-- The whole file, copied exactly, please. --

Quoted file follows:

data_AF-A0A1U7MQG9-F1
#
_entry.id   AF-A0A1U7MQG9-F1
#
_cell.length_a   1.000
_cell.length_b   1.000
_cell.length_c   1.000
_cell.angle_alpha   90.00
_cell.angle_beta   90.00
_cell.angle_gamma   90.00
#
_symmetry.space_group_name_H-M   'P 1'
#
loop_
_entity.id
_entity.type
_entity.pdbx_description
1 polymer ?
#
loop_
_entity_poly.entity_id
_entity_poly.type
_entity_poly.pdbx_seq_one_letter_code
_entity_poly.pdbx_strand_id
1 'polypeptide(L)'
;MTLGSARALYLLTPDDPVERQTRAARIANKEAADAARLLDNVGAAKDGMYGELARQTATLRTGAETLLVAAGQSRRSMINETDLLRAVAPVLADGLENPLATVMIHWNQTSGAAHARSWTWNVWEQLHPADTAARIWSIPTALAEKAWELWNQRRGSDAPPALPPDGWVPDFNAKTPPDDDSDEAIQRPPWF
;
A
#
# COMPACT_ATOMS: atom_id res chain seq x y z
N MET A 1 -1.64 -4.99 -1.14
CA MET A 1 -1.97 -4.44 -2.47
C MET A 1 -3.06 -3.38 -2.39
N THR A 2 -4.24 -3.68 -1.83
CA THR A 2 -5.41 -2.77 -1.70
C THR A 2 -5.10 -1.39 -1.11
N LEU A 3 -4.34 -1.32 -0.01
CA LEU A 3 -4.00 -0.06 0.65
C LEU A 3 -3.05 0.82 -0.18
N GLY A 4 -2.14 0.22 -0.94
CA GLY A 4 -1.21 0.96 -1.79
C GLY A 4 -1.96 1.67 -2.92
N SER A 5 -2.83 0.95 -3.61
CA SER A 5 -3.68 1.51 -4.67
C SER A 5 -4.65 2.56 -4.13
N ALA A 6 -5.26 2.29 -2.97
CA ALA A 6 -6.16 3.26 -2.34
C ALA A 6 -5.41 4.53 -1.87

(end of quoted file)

data_AF-A0A1U7MQG9-F1
#
_entry.id   AF-A0A1U7MQG9-F1
#
_cell.length_a   1.000
_cell.length_b   1.000
_cell.length_c   1.000
_cell.angle_alpha   90.00
_cell.angle_beta   90.00
_cell.angle_gamma   90.00
#
_symmetry.space_group_name_H-M   'P 1'
#
loop_
_entity.id
_entity.type
_entity.pdbx_description
1 polymer ?
#
loop_
_entity_poly.entity_id
_entity_poly.type
_entity_poly.pdbx_seq_one_letter_code
_entity_poly.pdbx_strand_id
1 'polypeptide(L)'
;MTLGSARALYLLTPDDPVERQTRAARIANKEAADAARLLDNVGAAKDGMYGELARQTATLRTGAETLLVAAGQSRRSMINETDLLRAVAPVLADGLENPLATVMIHWNQTSGAAHARSWTWNVWEQLHPADTAARIWSIPTALAEKAWELWNQRRGSDAPPALPPDGWVPDFNAKTPPDDDSDEAIQRPPWF
;
A
#
# COMPACT_ATOMS: atom_id res chain seq x y z
N MET A 1 -1.64 -4.99 -1.14
CA MET A 1 -1.97 -4.44 -2.47
C MET A 1 -3.06 -3.38 -2.39
N THR A 2 -4.24 -3.68 -1.83
CA THR A 2 -5.41 -2.77 -1.70
C THR A 2 -5.10 -1.39 -1.11
N LEU A 3 -4.34 -1.32 -0.01
CA LEU A 3 -4.00 -0.06 0.65
C LEU A 3 -3.05 0.82 -0.18
N GLY A 4 -2.14 0.22 -0.94
CA GLY A 4 -1.21 0.96 -1.79
C GLY A 4 -1.96 1.67 -2.92
N SER A 5 -2.83 0.95 -3.61
CA SER A 5 -3.68 1.51 -4.67
C SER A 5 -4.65 2.56 -4.13
N ALA A 6 -5.26 2.29 -2.97
CA ALA A 6 -6.16 3.26 -2.34
C ALA A 6 -5.41 4.53 -1.87